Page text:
New Zealand

It is the geologically youngest nation in the world, and perhaps the most naturally beautiful. There are more sheep than people that live here – a ratio of 7 sheep to every human. It is a country that became extremely popular as a tourist destination after Peter Jackson shot the Lord of the Rings here.

The tropical North Island is distinctly different from the alpine South Island. The modern cities of Aukland and Christchurch quickly give way to a magnificent countryside. Its isolation from the rest of the world results in some of the darkest skies that makes it perfect for star gazing. New Zealand is a nation that has to be experienced and will offer everyone a myriad of photographic opportunities.

Getting there

Visitors may need a visa to enter. New Zealand participates in the visa waiver program and has reciprocal arrangements with a large number of countries permitting either visa-free entry, or a visa-on-arrival arrangement.

While New Zealand is one of the most remote destinations in the world, it is a well developed country, and is quite easy to get to. Air New Zealand is the national carrier and offers several direct flights from destinations around the world. Qantas, Virgin and JetStar all fly from multiple airports in Australia. Several other major carriers will get you there, either directly, or via their code share partners.

Aukland is the major gateway point in the North Island, while the South Island is served by both Christchurch, and Queenstown. Following the 2011 earthquake in Christchurch, the city has been in a rebuilding phase, and at the time of writing this in 2016, is still not the greatest of destinations for visitors. Queenstown is one of the most breathtakingly beautiful approaches into an airport, and is a must do for every intrepid traveller.

When in New Zealand, you’re best off getting around by driving your own rental car or camper van. Sealed roads are well developed and will get you to all the tourist spots. There is also a ferry that runs between the North Island and the South Island.

The trans-Alpine railway runs between Christchurch and Greymouth and offers a lovely day trip.

Money Matters

New Zealand uses the New Zealand dollar. Credit cards are widely accepted.

Connectivity

New Zealand also offers generally good mobile coverage, except in the Fiordlands. Once you arrive at the airport, consider getting a SIM card. Vodafone has a kiosk at the airport.

Best time to visit

As with all landscape photography destinations, the best times to visit New Zealand are during the southern late summer to mid autumn (March through late April), and the southern late spring to early summer (early September to late November). Winter attracts lots of ski enthusiasts. Summer is the busiest tourist season.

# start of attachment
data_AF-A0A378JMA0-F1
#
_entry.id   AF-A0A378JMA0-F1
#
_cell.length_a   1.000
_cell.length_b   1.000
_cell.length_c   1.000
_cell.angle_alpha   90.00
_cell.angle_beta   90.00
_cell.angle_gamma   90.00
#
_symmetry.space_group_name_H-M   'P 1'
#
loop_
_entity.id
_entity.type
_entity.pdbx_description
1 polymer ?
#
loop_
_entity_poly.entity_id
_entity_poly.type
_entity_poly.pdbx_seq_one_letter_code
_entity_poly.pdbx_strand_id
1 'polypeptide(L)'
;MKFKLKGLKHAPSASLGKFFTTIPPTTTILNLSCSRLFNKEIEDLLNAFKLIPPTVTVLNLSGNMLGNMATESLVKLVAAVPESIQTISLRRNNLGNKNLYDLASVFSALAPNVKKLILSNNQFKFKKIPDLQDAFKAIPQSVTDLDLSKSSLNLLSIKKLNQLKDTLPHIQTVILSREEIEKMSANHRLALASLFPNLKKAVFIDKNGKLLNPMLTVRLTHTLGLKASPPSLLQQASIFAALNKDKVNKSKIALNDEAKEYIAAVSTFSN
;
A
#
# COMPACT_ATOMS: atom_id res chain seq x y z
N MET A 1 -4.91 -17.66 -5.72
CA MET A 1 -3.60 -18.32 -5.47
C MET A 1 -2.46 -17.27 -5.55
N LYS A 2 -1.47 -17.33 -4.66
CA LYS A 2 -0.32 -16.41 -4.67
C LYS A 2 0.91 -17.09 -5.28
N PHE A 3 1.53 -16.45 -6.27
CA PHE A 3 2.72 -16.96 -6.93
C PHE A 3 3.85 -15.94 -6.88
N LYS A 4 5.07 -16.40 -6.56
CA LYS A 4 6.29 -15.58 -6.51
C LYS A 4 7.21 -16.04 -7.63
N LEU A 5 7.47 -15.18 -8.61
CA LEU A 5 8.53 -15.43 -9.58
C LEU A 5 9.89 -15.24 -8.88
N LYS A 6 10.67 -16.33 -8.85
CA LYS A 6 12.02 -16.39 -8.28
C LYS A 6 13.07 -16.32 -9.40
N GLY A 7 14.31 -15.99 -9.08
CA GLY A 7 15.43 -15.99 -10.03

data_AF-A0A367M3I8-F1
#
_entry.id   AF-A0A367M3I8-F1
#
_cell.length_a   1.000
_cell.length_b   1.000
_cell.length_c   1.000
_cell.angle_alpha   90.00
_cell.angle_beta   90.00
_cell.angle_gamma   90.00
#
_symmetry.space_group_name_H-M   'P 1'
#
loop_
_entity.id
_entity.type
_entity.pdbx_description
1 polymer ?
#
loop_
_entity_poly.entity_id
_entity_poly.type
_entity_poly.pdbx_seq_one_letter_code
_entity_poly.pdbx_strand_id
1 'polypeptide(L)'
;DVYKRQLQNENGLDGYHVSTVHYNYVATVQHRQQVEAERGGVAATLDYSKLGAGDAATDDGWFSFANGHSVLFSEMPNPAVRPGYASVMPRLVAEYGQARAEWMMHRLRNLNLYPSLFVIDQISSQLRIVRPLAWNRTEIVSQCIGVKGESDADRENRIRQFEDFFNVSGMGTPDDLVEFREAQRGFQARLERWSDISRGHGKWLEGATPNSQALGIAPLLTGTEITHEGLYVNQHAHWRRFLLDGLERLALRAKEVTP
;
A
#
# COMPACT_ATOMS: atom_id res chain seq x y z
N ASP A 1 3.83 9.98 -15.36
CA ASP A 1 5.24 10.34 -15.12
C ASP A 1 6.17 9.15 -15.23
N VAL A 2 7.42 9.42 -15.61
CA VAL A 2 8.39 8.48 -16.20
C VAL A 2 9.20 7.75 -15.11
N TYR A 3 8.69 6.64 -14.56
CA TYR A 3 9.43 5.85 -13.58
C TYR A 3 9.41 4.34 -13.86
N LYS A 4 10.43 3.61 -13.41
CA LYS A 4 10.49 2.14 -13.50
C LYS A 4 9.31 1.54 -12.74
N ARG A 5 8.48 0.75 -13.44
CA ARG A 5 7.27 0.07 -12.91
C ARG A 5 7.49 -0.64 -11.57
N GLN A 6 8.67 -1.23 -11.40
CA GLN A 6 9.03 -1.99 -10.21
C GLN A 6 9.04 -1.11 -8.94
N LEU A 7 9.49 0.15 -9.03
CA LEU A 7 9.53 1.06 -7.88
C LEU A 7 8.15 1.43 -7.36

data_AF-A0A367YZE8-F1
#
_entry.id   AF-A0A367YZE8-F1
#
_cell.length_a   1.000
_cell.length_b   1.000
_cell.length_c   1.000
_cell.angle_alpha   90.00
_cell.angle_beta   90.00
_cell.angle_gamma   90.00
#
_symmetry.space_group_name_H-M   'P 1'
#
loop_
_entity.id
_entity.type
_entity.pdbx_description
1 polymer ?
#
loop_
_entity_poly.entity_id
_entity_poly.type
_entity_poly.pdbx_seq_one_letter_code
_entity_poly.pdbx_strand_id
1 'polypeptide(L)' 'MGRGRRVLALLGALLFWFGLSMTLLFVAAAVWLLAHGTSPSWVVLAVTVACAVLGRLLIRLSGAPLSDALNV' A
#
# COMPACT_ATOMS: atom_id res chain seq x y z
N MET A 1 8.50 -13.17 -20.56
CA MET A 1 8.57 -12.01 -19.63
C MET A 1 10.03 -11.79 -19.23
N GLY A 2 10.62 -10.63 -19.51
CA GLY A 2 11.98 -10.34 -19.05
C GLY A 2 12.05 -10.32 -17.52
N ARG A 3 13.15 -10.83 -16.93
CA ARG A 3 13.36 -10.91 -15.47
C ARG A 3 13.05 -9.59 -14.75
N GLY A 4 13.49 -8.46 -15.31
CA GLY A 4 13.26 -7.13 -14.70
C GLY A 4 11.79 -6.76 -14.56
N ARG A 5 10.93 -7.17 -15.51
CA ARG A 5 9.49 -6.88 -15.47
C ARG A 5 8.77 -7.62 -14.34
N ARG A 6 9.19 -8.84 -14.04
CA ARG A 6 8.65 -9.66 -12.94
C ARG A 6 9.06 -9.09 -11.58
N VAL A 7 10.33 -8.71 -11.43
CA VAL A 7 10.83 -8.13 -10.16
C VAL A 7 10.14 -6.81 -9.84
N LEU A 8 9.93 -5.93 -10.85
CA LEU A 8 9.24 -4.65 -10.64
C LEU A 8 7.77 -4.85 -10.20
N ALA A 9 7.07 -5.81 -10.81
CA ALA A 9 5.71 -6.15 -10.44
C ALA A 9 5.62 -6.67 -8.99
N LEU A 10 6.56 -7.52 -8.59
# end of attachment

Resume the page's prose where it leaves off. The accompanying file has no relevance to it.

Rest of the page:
Clothing

New Zealand is also an island with no significant barrier from the winds coming off the Southern Ocean. Irrespective of the season, temperatures here can drop very suddenly, without warming.

It is usually advisable to pack layer of clothing, and include a warm jacket, hat and gloves.

You will also do a fair bit of walking on hiking trails here, so it’s important that you have a comfortable pair of shoes, or preferably, a strong pair of hiking boots, for the days when you are out and about. Hiking poles offer great support on the trails.

Electrical

New Zealand uses a Type I plug socket at 230/240V and 50Hz. Plug sockets can be sparse in some older properties, so consider bringing along a power strip if you have a lot of devices.

What else should I know

Driving in New Zealand is a pleasure. The well paved roads and breathtaking scenery make it a perfect destination for a road trip.

New Zealanders are very laid back. Like Australia, stores close at 6pm (and at 5pm in smaller communities). When driving to your next destination, its a good idea to have a plan on where you’re going to get your evening meal.

New Zealand has some of the world’s best produce. Their lamb, in particular, is of particularly high quality. When visiting New Zealand, one must try some of the local cuisine.

The Fjordlands – Milford Sound and Doubtful Sound – are beautiful, but very remote. While you can drive to Milford Sound, I’d recommend taking an organised tour. Doubtful Sound cannot be accessed by road, and must be done as part of a tour. In addition, the Fjordlands can become inaccessible in the winters, and tour companies will suspend operations.

If you’re hiking in the New Zealand summer or early autumn, you may run into sand flies that sting. Its important to apply insect repellant and have anti-histamines handy.